ZANESVILLE, Ohio — Ohio workers who started their careers in agriculture, manufacturing, and other industries are finding new jobs in medical marijuana businesses while their old careers move elsewhere.
We may never hear the tales the lamps or figurines have to tell in Zanesville's Olde Towne Antique Mall, so it falls on owner Jeff Snyder to tell you about how thousands of jobs vanished in the 20th Century as machinery became more efficient and people became less necessary.
"The financial impact was devastating because a lot of plants went out of business right away," said Snyder.
A short drive outside Zanesville's business district is an industry blending manufacturing with agriculture that could help the area bounce back.
That's consistent with Muskingum County population data , which shows the number of people living there steadily increased from 1860 through 1960, growing from 44,416 residents to 79,159 at the end of those 100 years. Since then, the population has relatively leveled off, adding only about 7,000 people from 1970 through 2017.
It's laid the groundwork for workers in other fields, only some related to agriculture, to find jobs in the medical marijuana industry once Grow Ohio opened at the end of 2017.
Before Manager Rick Kozart started at Grow Ohio, he made neon signs for more than 30 years.
"It was very good up until about 10-12 years ago when LEDs started taking over a putting a big dent in the neon," said Kozart.
Now, he works with people like Peggy Snider, who spent years out of the workforce after she had a career in agriculture. That experience laid the groundwork for her work now in rooms full of marijuana plants.
"So with medical marijuana becoming something in Ohio that we can do now is fabulous," said Snider. "It's going to open a lot of opportunities for young people to get into."
Young people like Alex Greff.
He graduated from Ohio University in 2018 with a degree in Plant Biology and didn't know if he'd be able to stay in the state until he found a job with Grow Ohio.
When the company is done hiring, they plan to employ nearly 125 people.
"I thought at one point, I'd kind of have to move out west for this kind of opportunity and things just kind of panned out the right way," said Greff while he trimmed marijuana flower. "I got real lucky with it and it's amazing."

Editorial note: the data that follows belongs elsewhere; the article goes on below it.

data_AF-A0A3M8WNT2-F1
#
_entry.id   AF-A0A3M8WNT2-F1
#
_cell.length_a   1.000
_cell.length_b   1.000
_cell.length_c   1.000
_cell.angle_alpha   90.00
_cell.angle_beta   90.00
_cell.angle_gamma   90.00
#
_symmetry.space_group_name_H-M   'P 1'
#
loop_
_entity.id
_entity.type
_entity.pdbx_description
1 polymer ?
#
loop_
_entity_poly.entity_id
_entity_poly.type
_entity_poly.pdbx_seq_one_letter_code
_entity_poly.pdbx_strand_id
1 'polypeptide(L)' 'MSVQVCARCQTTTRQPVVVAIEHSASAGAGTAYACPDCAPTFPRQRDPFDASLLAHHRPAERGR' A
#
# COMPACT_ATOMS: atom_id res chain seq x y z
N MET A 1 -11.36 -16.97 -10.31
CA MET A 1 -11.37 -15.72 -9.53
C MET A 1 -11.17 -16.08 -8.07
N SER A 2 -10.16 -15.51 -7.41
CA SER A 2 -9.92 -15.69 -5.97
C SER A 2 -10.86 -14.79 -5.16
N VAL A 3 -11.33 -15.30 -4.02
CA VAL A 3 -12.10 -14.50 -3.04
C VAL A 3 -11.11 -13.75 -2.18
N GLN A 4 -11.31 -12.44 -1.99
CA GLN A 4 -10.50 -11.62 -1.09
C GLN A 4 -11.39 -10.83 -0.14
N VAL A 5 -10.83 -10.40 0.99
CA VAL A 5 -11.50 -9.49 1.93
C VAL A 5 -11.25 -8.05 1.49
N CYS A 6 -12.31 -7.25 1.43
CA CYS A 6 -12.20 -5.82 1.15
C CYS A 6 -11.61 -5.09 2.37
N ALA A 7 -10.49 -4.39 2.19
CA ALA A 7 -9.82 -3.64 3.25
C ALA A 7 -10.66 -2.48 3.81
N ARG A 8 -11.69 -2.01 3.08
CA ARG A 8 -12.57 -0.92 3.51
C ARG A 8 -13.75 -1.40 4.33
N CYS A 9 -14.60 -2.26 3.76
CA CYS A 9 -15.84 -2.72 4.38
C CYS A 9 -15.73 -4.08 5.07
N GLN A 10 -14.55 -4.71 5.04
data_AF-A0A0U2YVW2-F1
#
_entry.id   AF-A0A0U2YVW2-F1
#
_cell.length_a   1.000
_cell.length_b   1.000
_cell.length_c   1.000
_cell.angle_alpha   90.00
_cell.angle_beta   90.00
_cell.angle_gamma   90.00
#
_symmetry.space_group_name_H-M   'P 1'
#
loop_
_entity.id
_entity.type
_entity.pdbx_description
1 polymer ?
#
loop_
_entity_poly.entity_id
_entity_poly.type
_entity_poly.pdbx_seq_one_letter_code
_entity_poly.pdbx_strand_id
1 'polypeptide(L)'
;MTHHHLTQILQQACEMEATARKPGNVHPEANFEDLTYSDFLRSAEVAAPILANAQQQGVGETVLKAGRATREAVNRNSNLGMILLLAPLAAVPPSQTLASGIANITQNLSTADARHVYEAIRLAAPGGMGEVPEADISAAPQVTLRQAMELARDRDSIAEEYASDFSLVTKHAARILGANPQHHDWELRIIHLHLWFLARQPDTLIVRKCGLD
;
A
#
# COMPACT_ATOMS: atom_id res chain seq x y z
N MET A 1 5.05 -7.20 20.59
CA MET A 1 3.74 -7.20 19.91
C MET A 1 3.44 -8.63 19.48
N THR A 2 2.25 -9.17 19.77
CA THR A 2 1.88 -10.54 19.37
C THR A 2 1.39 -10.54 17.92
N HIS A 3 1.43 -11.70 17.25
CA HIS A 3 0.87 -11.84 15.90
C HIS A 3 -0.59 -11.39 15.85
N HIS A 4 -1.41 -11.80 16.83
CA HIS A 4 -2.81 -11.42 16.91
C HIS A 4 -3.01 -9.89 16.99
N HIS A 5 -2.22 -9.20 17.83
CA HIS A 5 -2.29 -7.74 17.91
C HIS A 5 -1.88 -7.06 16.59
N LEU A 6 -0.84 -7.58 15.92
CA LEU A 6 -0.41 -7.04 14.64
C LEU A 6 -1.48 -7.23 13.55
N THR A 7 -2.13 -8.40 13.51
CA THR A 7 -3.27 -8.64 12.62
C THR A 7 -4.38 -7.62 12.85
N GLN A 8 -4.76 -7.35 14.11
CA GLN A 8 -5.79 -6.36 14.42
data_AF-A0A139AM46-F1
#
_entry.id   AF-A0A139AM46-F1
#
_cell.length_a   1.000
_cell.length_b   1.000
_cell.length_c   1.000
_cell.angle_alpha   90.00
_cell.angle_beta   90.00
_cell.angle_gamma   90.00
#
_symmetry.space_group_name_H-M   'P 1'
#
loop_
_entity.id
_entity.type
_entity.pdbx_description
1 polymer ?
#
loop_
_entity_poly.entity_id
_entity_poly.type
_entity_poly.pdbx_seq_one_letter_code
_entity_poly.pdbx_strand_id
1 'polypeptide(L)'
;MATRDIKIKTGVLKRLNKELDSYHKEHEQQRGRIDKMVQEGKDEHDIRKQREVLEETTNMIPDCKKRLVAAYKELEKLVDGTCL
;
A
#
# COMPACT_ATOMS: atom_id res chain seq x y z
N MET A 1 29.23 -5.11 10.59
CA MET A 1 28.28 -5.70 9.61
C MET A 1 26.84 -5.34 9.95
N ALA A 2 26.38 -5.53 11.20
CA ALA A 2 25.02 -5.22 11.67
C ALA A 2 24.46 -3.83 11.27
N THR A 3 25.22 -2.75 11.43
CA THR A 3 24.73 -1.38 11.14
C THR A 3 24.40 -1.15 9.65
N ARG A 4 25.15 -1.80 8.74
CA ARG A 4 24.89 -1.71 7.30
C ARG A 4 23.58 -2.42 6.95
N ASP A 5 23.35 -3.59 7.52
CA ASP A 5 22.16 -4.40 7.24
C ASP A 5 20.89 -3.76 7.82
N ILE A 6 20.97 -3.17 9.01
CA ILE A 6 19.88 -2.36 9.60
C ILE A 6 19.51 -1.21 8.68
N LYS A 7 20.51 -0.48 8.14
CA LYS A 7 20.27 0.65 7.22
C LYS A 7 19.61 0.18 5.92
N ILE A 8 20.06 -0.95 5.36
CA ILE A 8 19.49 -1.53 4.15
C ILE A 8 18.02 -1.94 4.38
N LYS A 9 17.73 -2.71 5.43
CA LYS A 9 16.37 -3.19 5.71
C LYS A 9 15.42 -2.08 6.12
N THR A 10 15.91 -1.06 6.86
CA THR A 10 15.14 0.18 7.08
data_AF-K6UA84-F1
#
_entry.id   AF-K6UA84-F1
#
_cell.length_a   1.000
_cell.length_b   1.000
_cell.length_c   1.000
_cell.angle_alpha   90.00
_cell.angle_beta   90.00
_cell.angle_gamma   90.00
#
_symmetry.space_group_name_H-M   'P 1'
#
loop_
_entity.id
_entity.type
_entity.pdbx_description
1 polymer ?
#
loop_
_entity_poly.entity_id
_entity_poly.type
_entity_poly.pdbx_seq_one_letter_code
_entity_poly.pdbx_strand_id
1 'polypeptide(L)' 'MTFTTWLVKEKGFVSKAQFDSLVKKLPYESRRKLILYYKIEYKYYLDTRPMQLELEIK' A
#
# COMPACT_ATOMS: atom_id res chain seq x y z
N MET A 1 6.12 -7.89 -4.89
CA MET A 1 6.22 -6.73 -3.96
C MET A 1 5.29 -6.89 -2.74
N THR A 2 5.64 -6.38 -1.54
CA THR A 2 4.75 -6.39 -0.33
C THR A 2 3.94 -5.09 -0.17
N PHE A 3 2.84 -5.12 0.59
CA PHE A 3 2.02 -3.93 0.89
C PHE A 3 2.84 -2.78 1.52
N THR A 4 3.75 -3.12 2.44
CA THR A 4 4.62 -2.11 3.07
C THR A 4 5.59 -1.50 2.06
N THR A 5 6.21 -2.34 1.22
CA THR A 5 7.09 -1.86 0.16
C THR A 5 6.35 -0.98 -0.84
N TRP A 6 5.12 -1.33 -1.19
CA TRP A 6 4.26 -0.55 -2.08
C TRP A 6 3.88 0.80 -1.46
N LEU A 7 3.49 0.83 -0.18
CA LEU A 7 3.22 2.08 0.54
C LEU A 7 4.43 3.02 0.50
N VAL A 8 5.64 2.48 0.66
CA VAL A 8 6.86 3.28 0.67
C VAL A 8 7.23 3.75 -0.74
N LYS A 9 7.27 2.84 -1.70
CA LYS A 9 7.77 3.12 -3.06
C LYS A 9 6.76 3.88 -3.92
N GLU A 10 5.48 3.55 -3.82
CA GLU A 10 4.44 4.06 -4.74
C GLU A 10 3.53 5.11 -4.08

Medical marijuana kept him close to home while giving new options to the whole community. Many jobs in medical marijuana facilities are high-skill positions giving workers the chance to be promoted and make more than Muskingum County's average income of $42,464.
Pete Brokus is a retired law enforcement officer who now helps grow the very product he used to try to keep off the streets.
"I think there are some folks out there that have farms that are maybe lacking or suffering, there's a place for them," said Brokus, referring to Grow Ohio.
The full impact of the medical marijuana industry is hard to determine since the
medical marijuana program
still isn't fully operational.
- 30 cultivators have provisional licenses in Ohio, but only 17 have Certificates of Operation from the state allowing them to grow medical marijuana.
- 39 processors have provisional licenses, but only 2 have Certificates of Operation allowing them to make products like tinctures, oils, lotions, or edibles.
- 56 dispensaries have provisional licenses, but only 18 have Certificates of Operation allowing them to sell products to patients.
Once the rest of those businesses are open and fully-staffed, those are even more jobs that Ohioans could potentially fill.
Grow Ohio Executive Vice President Justin Hunt said the company hired industry experts from other states at first to get the business off the ground, but the plan is to keep hiring local wherever possible.
"Once those [industry experts] were in place, it was all about developing, cross-training, employee on-boarding, making sure they were understanding the day to day tasks that would put us in a position to be successful," said Hunt. "But also put them in a position to suceed from a career-development standpoint."
It's too early to see any kind of economic boost in the data but workers tell News 5 they can see the difference even when they run out for a bite to eat near Zanesville.
"Real local here, it's helped out some of the food places," said Kozart. "It's picked up their income, what they're selling for lunch and stuff like that."